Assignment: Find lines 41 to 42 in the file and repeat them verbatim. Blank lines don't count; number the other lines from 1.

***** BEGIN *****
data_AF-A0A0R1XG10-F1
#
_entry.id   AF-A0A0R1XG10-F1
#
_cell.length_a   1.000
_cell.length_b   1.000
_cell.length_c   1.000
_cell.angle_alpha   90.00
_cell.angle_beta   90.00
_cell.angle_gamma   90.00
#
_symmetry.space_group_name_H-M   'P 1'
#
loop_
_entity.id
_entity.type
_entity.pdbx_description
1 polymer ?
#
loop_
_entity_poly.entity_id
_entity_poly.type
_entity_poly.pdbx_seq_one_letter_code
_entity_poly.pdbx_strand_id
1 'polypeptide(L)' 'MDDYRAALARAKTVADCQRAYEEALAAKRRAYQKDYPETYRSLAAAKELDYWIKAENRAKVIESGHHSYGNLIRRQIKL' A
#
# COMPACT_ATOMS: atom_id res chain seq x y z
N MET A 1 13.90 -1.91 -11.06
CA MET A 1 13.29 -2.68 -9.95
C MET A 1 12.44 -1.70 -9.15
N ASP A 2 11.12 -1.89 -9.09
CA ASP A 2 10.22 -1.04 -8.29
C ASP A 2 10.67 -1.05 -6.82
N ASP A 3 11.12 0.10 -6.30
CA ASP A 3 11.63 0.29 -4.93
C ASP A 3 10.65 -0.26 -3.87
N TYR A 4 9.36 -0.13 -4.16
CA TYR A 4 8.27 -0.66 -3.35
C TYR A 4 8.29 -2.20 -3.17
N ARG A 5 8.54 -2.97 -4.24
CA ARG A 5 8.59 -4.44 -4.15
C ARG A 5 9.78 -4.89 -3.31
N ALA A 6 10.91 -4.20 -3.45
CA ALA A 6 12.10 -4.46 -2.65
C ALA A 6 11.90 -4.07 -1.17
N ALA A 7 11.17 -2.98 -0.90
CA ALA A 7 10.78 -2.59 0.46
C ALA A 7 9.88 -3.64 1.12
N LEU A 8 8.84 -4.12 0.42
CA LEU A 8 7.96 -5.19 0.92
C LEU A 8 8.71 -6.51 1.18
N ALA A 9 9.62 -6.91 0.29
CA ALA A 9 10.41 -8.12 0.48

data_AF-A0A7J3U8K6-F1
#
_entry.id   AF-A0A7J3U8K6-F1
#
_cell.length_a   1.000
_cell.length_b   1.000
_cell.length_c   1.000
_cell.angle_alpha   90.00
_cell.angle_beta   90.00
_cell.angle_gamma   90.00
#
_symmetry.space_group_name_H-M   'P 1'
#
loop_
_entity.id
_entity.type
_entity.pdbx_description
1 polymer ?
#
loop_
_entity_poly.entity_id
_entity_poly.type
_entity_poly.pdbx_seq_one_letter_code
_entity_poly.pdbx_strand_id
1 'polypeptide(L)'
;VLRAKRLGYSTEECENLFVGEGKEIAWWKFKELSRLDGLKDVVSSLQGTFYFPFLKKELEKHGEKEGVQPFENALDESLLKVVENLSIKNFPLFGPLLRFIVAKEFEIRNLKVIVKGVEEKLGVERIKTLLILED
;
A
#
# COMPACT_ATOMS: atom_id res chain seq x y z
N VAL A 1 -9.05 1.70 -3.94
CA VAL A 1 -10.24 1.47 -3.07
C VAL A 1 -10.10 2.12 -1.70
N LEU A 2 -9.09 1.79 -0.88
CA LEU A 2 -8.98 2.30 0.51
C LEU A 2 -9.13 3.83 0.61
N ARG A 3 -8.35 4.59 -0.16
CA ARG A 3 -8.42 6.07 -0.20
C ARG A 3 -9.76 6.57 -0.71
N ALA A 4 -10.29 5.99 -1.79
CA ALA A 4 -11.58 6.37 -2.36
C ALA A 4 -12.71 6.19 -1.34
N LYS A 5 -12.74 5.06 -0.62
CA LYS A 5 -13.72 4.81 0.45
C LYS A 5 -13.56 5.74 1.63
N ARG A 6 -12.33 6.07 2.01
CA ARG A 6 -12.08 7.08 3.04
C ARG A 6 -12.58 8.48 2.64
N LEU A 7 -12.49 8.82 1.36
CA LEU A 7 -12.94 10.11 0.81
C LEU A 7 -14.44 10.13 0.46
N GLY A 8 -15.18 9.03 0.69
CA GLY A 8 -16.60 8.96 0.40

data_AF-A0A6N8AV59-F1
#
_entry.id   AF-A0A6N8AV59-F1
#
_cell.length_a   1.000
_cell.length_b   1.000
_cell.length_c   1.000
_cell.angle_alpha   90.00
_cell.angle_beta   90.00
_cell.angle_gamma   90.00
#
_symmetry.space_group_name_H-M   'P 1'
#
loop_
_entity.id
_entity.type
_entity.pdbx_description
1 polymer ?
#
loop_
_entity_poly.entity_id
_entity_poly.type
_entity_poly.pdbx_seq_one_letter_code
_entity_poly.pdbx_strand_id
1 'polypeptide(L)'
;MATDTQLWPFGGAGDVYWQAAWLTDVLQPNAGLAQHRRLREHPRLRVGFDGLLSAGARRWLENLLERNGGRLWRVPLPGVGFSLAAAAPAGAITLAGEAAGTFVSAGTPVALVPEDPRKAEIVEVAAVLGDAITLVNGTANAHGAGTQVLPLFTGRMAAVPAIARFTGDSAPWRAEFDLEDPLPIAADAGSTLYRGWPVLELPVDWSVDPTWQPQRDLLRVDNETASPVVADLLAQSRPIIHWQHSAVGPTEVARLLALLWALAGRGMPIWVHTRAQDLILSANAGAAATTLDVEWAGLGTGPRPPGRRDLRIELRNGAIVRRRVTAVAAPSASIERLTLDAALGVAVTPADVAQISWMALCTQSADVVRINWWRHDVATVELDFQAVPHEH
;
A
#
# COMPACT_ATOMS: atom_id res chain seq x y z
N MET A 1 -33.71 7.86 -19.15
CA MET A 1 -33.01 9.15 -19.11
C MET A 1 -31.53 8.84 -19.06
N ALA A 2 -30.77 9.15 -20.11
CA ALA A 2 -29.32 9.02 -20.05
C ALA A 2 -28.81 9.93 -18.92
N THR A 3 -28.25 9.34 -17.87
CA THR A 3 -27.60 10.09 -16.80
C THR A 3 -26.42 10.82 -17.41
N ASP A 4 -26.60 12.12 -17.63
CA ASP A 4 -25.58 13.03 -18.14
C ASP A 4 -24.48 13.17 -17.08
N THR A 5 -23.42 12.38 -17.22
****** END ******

CA ARG A 5 8.59 -4.44 -4.15
C ARG A 5 9.78 -4.89 -3.31